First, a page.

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Tariffs with private information and reputation

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  • Jensen, Richard
  • Thursby, Marie

Abstract

When governments choose trade policy, rarely do they have complete information, At the time decisions are made, policy makers have only estimates of market responses, as well as the responses of foreign governments. In many realistic situations, even the policy objectives of other governments may not be known. For example, the balance of constitutional powers in the United States is often cited as a source of confusion as to objectives of U.S. trade policy. In this paper we examine the Bayesian Nash equilibria of several noncooperative tariff games with incomplete information, In the models examined, the home country has private information about whether its government is a low or high tariff type. If the foreign government is uncertain about this type in a one-shot game, its Nash equilibrium tariff will be lower (higher) than if it knew the home government were a low (high) tariff type. In two multistage games, misleading behavior by the home government is shown to be an equilibrium strategy for sufficiently high discount factors. Whether the uncertainty is persistent or can be resolved is shown to be important for welfare results in the multistage setting. In the models examined, tariff rules do not necessarily dominate discretionary policy.
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Suggested Citation

  • Jensen, Richard & Thursby, Marie, 1990. "Tariffs with private information and reputation," Journal of International Economics, Elsevier, vol. 29(1-2), pages 43-67, August.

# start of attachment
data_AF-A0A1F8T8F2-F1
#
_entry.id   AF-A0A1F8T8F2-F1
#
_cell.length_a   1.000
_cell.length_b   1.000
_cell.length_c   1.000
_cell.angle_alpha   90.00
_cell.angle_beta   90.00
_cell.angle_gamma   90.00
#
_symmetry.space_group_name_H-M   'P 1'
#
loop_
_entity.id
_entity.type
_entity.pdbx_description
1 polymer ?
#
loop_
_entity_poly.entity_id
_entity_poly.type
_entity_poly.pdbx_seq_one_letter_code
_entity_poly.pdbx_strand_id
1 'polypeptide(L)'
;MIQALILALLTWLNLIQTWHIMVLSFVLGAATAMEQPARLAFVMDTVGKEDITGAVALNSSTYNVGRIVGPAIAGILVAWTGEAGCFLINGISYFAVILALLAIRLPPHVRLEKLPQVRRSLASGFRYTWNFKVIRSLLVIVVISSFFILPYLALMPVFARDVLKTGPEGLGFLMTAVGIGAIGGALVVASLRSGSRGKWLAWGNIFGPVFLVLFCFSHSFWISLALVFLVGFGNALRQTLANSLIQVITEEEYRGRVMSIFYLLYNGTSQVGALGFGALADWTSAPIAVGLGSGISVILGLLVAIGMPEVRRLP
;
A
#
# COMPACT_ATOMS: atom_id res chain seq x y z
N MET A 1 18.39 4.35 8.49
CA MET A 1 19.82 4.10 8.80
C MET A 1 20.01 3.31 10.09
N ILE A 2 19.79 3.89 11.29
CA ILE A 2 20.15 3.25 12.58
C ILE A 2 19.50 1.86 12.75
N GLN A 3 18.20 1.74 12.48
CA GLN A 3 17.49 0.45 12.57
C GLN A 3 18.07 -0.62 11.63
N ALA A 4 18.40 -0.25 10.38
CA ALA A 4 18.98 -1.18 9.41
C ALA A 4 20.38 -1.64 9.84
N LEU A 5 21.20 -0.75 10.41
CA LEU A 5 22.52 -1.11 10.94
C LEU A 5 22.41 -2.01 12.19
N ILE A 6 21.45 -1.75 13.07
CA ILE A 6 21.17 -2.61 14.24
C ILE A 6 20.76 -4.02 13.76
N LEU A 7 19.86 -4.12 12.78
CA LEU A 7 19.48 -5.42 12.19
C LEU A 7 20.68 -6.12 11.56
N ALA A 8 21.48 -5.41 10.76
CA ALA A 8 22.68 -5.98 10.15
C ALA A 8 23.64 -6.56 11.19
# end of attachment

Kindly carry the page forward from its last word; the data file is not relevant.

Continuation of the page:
• Handle: RePEc:eee:inecon:v:29:y:1990:i:1-2:p:43-67
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    1. Feestra, R.C. & Lewis, T.R. & Mcmillan, J., 1989. "Designing Policies To Open Trade," Papers 349, California Davis - Institute of Governmental Affairs.
    2. McCalman, Phillip, 2002. "Multi-lateral trade negotiations and the Most Favored Nation clause," Journal of International Economics, Elsevier, vol. 57(1), pages 151-176, June.
    3. Frederick W. Mayer, 1991. "Domestic politics and the strategy of international trade," Journal of Policy Analysis and Management, John Wiley & Sons, Ltd., vol. 10(2), pages 222-246.
    4. Mathias Herzing, 2011. "Does hidden information make trade liberalization more fragile?," Canadian Journal of Economics/Revue canadienne d'économique, John Wiley & Sons, vol. 44(2), pages 561-579, May.
    5. Kent Kimbrough, 2008. "Optimal Taxes and Tariffs with Private Information," Open Economies Review, Springer, vol. 19(4), pages 411-422, September.
    6. Bac, Mehmet & Raff, Horst, 1997. "A theory of trade concessions," Journal of International Economics, Elsevier, vol. 42(3-4), pages 483-504, May.
    7. Lee, Gea M., 2007. "Trade agreements with domestic policies as disguised protection," Journal of International Economics, Elsevier, vol. 71(1), pages 241-259, March.
    8. Stahl, Dale O. & Turunen-Red, Arja H., 1995. "Tariff games: Cooperation with random variation in political regimes," European Journal of Political Economy, Elsevier, vol. 11(2), pages 215-238, June.

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